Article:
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Stephen M. Walt

Mailing address

Littauer 367
Belfer Center for Science & International Affairs
79 John F. Kennedy Street, Mailbox 53
Cambridge, MA, 02138

Stephen M. Walt

Robert and Renée Belfer Professor of International Affairs; Faculty Chair, International Security Program

Member of the Board, Belfer Center for Science and International Affairs

Contact:
Telephone: (617) 495-5712
Fax: (617)-495-8963
Email: stephen_walt@harvard.edu

 

Experience

Stephen M. Walt is the Robert and Renée Belfer Professor of International Affairs.  He previously taught at Princeton University and the University of Chicago, where he served as Master of the Social Science Collegiate Division and Deputy Dean of Social Sciences.  He has been a Resident Associate of the Carnegie Endowment for Peace and a Guest Scholar at the Brookings Institution, and a consultant for the Institute of Defense Analyses, the Center for Naval Analyses, and the National Defense University.  He serves on the editorial boards of Foreign Policy, Security Studies, International Relations, and Journal of Cold War Studies, and as Co-Editor of the Cornell Studies in Security Affairs, published by Cornell University Press.  He was elected a Fellow in the American Academy of Arts and Sciences in May 2005.

Professor Walt is the author of The Origins of Alliances (1987), which received the 1988 Edgar S. Furniss National Security Book Award, and Revolution and War (1996).  His recent publications include “An Unnecessary War,” Foreign Policy, (Winter 2002–03), “American Hegemony: Its Prospects and Pitfalls,” Naval War College Review, (Spring 2002); “Beyond bin Laden: Reshaping U.S. Foreign Policy” (International Security, Winter 2001/02); and Taming American Power: The Global Response to U.S. Primacy (W.W. Norton, 2005).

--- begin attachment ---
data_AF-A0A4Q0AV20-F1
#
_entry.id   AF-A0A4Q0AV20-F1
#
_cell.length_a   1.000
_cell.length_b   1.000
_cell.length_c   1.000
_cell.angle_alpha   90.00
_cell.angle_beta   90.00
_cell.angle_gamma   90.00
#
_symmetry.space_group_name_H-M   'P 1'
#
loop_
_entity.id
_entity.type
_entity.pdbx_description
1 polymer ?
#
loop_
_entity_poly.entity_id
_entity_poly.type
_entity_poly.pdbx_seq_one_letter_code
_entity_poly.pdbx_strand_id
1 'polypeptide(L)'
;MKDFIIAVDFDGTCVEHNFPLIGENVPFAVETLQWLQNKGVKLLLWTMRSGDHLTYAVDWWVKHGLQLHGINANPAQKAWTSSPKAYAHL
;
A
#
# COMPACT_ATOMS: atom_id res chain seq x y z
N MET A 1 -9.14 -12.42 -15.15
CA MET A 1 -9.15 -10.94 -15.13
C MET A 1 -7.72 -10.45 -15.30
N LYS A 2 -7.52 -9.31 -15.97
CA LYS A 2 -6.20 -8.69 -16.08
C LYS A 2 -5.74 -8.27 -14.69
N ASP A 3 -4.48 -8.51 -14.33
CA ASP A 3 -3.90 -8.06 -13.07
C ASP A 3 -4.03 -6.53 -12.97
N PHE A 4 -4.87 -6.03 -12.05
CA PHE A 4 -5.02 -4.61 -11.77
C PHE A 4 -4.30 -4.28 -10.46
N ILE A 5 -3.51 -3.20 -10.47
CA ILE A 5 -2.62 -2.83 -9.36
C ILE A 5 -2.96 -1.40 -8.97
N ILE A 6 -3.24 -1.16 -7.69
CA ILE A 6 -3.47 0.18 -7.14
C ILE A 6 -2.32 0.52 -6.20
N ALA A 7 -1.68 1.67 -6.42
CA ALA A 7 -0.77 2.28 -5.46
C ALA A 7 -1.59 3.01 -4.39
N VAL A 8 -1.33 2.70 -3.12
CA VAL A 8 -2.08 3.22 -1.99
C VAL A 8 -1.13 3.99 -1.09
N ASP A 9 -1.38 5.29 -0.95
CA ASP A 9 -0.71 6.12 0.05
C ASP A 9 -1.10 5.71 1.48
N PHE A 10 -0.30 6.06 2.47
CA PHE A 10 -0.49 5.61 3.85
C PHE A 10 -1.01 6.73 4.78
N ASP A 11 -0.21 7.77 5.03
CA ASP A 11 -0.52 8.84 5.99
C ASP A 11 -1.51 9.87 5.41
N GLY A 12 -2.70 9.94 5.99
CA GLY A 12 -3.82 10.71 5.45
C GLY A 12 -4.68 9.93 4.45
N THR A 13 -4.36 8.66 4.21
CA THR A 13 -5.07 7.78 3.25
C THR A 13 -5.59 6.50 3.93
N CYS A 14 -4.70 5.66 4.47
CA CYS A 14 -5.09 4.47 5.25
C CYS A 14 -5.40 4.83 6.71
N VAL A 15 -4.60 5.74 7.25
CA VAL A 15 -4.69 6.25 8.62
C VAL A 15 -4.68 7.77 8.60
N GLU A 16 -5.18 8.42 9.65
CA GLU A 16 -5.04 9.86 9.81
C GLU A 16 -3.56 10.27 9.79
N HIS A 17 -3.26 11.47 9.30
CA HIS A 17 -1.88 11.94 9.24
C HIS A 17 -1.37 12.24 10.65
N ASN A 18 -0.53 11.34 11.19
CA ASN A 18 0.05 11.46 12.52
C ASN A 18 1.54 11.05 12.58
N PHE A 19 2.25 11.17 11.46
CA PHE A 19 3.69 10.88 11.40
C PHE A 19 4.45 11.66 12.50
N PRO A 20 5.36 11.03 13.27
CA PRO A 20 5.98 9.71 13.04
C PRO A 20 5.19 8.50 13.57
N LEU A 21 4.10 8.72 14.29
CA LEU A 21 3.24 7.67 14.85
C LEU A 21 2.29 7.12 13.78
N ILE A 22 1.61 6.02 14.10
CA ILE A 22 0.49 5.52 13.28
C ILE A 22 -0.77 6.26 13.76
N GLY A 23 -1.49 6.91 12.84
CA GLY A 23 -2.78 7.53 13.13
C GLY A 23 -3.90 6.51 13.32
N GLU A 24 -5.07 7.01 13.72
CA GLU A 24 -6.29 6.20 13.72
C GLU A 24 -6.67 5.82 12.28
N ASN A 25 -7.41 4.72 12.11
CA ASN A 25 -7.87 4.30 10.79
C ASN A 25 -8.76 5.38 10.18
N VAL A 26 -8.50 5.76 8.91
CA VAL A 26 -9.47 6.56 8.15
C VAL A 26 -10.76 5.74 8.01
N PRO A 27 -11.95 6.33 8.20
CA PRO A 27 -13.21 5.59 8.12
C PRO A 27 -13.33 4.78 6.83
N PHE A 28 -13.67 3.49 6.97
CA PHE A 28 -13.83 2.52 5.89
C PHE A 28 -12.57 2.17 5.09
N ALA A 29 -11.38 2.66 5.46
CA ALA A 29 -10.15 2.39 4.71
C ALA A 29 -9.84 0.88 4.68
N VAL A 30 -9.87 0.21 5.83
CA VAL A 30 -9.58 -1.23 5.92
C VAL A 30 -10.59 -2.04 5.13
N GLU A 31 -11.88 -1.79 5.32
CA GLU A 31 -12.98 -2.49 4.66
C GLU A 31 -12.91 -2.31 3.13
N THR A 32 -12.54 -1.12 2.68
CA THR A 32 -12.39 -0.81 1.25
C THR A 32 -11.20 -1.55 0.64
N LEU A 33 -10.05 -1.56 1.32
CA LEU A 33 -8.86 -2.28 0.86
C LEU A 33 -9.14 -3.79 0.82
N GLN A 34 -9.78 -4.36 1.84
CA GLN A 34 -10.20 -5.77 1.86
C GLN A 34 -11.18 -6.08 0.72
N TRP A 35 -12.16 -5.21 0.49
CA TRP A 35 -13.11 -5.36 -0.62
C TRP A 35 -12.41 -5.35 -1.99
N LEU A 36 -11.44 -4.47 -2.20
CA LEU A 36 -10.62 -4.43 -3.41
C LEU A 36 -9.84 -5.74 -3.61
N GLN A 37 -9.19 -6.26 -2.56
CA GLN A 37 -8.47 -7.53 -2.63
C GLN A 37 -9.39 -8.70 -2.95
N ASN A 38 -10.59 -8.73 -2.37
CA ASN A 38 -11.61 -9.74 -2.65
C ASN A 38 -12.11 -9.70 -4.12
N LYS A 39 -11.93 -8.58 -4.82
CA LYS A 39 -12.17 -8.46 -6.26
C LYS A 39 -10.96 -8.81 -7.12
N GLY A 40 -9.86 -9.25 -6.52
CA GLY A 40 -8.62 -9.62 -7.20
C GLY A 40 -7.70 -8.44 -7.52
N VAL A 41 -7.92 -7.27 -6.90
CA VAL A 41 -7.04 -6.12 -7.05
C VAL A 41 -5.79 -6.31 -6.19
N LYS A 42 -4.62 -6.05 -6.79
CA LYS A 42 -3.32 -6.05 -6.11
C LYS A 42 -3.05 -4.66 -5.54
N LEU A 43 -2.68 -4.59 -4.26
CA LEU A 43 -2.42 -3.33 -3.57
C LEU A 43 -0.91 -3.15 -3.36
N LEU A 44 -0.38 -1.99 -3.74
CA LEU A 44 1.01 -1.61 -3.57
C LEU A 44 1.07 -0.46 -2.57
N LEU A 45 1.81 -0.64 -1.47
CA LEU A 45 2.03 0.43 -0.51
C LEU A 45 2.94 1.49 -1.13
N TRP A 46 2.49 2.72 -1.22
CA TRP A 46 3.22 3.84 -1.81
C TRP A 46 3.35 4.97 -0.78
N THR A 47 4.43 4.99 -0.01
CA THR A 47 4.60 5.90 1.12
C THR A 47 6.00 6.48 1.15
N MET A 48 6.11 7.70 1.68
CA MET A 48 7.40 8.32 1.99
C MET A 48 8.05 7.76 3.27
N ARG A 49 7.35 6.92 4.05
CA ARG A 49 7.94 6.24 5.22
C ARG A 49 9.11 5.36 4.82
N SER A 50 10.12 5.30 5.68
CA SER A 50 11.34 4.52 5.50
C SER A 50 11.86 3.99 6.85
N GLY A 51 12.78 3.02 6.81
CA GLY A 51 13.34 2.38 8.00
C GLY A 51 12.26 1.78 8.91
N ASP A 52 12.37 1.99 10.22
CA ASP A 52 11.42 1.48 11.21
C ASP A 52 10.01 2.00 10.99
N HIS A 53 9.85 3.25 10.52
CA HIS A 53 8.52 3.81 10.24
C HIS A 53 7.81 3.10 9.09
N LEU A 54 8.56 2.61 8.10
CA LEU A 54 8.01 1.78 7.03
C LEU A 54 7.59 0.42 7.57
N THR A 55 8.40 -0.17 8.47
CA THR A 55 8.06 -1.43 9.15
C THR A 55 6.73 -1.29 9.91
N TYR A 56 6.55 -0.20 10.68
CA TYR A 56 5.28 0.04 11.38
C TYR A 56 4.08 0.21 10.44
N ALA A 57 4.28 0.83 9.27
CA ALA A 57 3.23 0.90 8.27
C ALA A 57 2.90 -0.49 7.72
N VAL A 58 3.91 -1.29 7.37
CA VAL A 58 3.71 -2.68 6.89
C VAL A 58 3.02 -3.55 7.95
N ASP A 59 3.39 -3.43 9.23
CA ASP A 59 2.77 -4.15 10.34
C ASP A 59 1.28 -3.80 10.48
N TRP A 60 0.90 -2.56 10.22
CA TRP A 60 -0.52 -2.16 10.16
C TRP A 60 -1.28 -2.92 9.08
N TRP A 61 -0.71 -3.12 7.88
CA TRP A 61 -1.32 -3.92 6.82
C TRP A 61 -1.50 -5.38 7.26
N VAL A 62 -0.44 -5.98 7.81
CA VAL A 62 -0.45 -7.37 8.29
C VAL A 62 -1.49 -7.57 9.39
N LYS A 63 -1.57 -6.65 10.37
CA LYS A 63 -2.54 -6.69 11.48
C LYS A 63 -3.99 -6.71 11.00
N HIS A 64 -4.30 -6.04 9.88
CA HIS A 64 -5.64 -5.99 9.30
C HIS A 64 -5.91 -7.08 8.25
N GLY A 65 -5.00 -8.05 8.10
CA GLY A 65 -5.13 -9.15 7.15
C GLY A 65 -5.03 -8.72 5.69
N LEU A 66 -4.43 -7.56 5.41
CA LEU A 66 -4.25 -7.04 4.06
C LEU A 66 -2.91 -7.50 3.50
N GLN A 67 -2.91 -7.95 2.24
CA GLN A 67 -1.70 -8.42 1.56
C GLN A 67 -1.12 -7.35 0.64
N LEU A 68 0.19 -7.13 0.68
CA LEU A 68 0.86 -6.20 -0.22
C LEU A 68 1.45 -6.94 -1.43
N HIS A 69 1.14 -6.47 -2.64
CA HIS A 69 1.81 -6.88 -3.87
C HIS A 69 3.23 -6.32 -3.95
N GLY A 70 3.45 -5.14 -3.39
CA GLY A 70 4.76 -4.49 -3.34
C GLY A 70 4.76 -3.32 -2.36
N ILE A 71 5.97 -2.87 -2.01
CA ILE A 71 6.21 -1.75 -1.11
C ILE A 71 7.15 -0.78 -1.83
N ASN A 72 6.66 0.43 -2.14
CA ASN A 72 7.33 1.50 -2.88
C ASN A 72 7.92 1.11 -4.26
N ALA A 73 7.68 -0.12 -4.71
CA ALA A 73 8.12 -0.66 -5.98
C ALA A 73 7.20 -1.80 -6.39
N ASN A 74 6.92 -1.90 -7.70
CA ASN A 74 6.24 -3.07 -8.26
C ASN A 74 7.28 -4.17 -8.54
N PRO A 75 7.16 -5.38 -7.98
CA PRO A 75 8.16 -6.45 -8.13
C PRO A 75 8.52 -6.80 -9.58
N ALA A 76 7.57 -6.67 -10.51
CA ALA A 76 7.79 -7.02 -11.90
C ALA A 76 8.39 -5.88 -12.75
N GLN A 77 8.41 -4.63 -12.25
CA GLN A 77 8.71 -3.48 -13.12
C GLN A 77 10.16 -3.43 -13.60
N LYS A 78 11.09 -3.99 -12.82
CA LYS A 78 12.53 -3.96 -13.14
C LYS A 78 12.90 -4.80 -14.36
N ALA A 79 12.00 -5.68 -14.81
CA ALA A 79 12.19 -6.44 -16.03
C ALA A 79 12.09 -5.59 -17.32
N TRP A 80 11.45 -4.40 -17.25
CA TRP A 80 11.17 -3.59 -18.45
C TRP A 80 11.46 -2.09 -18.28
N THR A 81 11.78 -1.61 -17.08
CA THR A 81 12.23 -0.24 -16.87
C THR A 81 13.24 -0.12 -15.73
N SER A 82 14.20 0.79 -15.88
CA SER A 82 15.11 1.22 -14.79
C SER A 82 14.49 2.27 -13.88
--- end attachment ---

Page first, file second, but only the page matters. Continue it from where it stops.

Professor Walt blogs at walt.foreignpolicy.com.

 

 

By Date

 

2014

July 22, 2014

"AIPAC Is the Only Explanation for America's Morally Bankrupt Israel Policy"

Op-Ed, The Huffington Post

By Stephen M. Walt, Robert and Renée Belfer Professor of International Affairs; Faculty Chair, International Security Program

"...AIPAC, the Anti-Defamation League, the Conference of Presidents of Major American Jewish Organizations and assorted Christian Zionist groups continue to exhibit a severe case of tunnel vision. Because defending Israel no matter what it does is their main raison d'etre (and central to their fundraising), they are unable to see that they are helping Israel drive itself off a cliff. Similarly, those pliant members of Congress who cravenly sign AIPAC-drafted resolutions are not true friends of Israel. They are false friends who pretend to care but are really only interested in getting reelected."

 

 

DoD Photo

June 20, 2014

"Being a Neocon Means Never Having to Say You're Sorry"